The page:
Getting away with murder can be so much fun, and there’s no better proof than the wildly acclaimed new musical A Gentleman’s Guide to Love & Murder. It’s like Downton Abbey, with a delightfully depraved edge.
When Monty (Bryce Pinkham), a poor relative of the aristocratic D’Ysquith clan, sets out to bump off the eight family members who stand between him and the family fortune (all played by Tony Award® winner Jefferson Mays), chances are that you’ll be rooting for him to succeed.
Composer and co-lyricist Steven Lutvak had the idea some eight years ago to turn a 1907 English novel by Roy Horniman—the story of an early 20th-century homicidal social climber—into a musical. “There was something about the milieu that seemed to me to be particularly delightful,” he explains. “The Edwardian era was a world in which almost no one says what they actually feel, which meant that the music could heighten and exaggerate that. For instance, our lead character – who is the murderer – actually speaks his truth only twice, and he does it in song.” Lutvak, who has enjoyed a career as a cabaret artist in New York and is best known for writing the title song for the movie Mad Hot Ballroom, teamed up with Robert Freedman, an Emmy® Award nominee for Life With Judy Garland: Me and My Shadows, whom he initially met in the early 1980s at New York University’s first graduate program for musical theater. Lutvak composed the score, Freedman the book, and together they shared the task of writing the lyrics. “I loved the challenge as a writer,” says Freedman. “Monty is always polite and appropriate, the perfect gentleman, and yet at the same time he is killing people.”
The novel, which also spawned the classic 1949 British movie Kind Hearts and Coronets, has a dark tone while A Gentleman’s Guide to Love & Murder is a riotous musical romp. The author Horniman, who managed a theater and wrote for the movies, was also a part of Oscar Wilde’s circle of friends. “Wilde was able to satirize society so well because he was on the inside and the outside at the same time,” notes Lutvak. “Those of us who are on the outside always speak two languages – the language of the sub-culture as well as that of the culture at large. I don’t know if Horniman was gay but his novel has that same outside and inside thing.” For his part, Freedman says he was attracted to the “air of detachment” of the main character in the novel. “I just relished the irony and the hypocrisy of the society,” he says. “A musical allows you to get inside a character’s head. That’s one of the reasons why you are able to care about Monty in the show. I love the juxtaposition between what he is really feeling and what he is willing to show other people.”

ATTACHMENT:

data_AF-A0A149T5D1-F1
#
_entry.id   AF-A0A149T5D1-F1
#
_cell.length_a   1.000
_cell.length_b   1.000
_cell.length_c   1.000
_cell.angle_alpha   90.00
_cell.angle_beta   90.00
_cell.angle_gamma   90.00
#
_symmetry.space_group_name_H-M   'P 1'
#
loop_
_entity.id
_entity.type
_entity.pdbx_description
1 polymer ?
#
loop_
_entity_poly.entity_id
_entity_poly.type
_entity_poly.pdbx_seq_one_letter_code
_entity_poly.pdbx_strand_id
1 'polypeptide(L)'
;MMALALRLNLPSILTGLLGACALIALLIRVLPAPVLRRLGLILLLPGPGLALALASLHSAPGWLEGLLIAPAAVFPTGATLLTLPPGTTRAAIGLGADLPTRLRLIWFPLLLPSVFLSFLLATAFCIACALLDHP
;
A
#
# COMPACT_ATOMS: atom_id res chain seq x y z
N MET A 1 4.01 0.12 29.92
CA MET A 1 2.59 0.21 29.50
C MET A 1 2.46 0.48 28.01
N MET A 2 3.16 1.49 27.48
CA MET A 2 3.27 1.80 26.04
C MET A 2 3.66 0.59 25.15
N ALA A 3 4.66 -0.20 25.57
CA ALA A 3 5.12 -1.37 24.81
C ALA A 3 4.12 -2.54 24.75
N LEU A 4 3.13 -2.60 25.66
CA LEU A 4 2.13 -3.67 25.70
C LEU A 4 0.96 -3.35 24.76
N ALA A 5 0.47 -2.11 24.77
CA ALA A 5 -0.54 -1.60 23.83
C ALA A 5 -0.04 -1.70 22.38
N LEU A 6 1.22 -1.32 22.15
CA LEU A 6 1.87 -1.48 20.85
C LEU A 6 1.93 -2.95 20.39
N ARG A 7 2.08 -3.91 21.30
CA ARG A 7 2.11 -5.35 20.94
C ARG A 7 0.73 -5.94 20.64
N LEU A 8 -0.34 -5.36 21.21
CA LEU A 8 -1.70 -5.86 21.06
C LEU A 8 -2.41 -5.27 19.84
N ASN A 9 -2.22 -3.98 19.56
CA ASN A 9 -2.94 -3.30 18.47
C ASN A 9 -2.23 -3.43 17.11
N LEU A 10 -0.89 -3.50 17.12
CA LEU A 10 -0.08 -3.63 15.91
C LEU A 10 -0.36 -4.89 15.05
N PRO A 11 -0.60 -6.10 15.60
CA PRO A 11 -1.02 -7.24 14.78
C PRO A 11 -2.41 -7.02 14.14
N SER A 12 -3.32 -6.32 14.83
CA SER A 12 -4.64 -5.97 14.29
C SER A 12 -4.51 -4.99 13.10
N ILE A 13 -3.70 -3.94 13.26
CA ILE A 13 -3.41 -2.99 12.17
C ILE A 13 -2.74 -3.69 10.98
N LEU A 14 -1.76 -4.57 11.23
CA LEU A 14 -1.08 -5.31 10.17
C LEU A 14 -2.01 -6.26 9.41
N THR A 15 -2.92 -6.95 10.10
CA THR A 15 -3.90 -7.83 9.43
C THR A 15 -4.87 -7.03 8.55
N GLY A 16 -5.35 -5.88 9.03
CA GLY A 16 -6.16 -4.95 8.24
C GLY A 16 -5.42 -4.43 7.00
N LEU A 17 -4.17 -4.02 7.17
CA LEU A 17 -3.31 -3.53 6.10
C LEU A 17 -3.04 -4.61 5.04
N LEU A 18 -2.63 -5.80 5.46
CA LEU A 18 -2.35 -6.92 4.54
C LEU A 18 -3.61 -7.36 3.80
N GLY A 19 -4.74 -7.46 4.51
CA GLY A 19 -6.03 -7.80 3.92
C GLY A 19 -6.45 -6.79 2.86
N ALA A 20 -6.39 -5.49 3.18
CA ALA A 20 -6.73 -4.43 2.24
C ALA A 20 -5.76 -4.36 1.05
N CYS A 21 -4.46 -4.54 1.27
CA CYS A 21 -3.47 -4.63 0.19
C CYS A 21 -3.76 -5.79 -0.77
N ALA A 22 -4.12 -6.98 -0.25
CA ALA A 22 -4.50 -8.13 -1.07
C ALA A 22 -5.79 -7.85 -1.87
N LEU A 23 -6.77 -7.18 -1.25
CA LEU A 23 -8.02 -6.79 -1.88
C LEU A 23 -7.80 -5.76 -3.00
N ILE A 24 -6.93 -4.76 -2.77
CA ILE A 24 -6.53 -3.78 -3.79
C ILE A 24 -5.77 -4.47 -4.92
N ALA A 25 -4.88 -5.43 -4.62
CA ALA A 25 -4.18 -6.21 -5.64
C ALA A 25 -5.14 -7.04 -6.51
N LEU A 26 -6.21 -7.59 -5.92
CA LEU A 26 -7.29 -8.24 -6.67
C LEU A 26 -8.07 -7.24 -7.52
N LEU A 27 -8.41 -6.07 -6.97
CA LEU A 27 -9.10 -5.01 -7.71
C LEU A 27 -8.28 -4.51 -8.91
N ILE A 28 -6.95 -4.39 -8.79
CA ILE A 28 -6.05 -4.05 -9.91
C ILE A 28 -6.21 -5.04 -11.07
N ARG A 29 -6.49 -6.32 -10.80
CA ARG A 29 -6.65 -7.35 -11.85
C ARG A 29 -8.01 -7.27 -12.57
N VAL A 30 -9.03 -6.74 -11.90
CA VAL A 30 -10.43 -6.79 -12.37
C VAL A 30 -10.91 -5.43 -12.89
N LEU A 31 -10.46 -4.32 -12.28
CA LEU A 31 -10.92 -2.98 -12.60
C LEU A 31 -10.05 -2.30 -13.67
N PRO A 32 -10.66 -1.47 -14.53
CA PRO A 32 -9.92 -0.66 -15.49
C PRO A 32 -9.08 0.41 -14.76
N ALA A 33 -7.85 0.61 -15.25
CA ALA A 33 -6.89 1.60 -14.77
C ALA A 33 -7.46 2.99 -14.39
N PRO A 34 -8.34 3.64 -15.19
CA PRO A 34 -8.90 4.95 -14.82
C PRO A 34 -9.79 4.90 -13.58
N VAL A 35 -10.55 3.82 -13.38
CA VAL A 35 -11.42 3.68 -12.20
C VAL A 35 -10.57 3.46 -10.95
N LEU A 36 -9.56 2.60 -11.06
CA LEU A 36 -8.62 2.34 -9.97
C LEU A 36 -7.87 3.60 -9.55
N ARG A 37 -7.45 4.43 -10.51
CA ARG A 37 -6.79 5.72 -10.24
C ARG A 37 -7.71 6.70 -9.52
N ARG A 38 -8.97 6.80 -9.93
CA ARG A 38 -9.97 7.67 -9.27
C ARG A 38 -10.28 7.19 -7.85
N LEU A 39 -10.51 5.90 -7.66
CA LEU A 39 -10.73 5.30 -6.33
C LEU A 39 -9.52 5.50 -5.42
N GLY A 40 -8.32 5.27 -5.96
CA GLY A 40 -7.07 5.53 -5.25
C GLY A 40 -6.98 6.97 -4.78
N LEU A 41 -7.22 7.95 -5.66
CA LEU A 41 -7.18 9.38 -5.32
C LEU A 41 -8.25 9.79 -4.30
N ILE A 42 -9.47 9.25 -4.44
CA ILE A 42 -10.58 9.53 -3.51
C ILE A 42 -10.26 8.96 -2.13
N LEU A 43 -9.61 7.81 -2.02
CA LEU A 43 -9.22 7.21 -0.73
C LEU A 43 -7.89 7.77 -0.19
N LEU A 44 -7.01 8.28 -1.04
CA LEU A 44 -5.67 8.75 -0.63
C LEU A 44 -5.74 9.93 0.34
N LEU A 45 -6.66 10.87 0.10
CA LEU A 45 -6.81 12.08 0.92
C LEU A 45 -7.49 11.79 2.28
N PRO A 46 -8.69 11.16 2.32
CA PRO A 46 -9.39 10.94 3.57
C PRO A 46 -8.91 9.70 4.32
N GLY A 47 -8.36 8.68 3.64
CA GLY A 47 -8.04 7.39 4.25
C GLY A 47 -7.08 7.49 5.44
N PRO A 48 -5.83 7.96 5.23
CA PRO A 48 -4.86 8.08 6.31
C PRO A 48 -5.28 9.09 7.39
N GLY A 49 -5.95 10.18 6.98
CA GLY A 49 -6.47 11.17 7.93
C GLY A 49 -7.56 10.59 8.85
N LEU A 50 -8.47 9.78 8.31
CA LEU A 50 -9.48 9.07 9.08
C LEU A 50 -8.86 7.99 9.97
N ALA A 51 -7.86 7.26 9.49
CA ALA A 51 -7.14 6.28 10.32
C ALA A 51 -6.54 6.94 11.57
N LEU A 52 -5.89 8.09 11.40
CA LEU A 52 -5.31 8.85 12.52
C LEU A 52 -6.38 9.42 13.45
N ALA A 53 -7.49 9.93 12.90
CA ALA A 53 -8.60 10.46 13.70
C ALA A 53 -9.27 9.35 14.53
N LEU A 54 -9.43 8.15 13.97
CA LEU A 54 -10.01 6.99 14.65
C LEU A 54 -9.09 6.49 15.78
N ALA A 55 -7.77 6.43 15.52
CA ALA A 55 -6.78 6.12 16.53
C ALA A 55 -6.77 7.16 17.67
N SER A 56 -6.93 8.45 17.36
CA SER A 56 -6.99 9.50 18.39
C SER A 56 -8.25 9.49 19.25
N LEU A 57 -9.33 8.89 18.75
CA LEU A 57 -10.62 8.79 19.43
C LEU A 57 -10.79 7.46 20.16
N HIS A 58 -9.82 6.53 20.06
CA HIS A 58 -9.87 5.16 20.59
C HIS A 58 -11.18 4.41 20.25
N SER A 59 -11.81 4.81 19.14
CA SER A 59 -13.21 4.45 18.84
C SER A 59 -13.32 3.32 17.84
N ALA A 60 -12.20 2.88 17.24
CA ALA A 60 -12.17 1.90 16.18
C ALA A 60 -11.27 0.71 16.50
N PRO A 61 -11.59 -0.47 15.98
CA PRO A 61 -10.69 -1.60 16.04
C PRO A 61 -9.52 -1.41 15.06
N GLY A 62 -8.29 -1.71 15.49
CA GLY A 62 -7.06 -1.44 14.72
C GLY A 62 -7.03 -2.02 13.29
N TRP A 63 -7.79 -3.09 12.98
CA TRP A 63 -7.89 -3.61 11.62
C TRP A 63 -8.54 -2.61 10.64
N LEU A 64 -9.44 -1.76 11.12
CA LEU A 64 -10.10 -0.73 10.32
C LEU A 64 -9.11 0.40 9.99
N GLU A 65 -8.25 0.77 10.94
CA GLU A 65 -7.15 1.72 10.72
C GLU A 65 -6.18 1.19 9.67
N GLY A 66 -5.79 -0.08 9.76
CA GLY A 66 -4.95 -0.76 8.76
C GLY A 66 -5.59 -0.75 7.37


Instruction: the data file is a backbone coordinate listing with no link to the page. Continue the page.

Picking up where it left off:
Lutvak’s influences for his score go back to his childhood memories. “My dad was an Anglophile so I grew up with the music of Gilbert and Sullivan,” he recalls. “When other people were listening to Carousel and My Fair Lady, I was listening to The Mikado and The Pirates of Penzance. While I was writing the music for this show,” he adds, “I only listened to Mozart because I knew in constructing the show we were going to have duets, trios, quintets and quartets.” The lyrics are tightly constructed and rhyme perfectly, he explains, “to reflect the intricacies of Monty’s mind and how he is always trying to stay several steps ahead of his victim.” The faux classical references notwithstanding, Gentleman’s Guide lies firmly within the American musical theater tradition, albeit with a skewed contemporary perspective. Although Sondheim’s masterpiece about a very different sort of serial killer, Sweeney Todd, may inevitably come to mind, Lutvak says, “My original pitch was that this musical is a cross between My Fair Lady andThe Little Shop of Horrors.”
Director Darko Tresnjak, who joined Gentleman’s Guide five years ago, says, “From the beginning I thought it was uproariously funny, both the tunes and the lyrics stuck in my head and it has continued to be a huge source of merriment in my life. It’s a very funny show, and it’s also sexy and romantic.” (Monty finds time to romance two women, including the sister of one of his victims, in between killings.) The director explains that because the audience knows that whenever Monty gets rid of one of his relatives, the actor Jefferson Mays will be recycled as the new victim, the death of each ill-fated D’Ysquith comes as a kind of reward. “And anyone who has watched Downton Abbey knows that there are those moments when the characters are just so insufferable that you want to bump them off. Well, in this show we do!” Visually, Tresnjak explains, the production is influenced by the English music hall traditions and Edwardian toy theaters. “I have always thought of it as a kind of jewel box—funny and exquisite,” says the director, adding that the musical’s tone owes much to Wilde, Noël Coward and Bernard Shaw, whose work is evoked in the text. “What I think is important,” he adds, “is the combination of murder and manners.”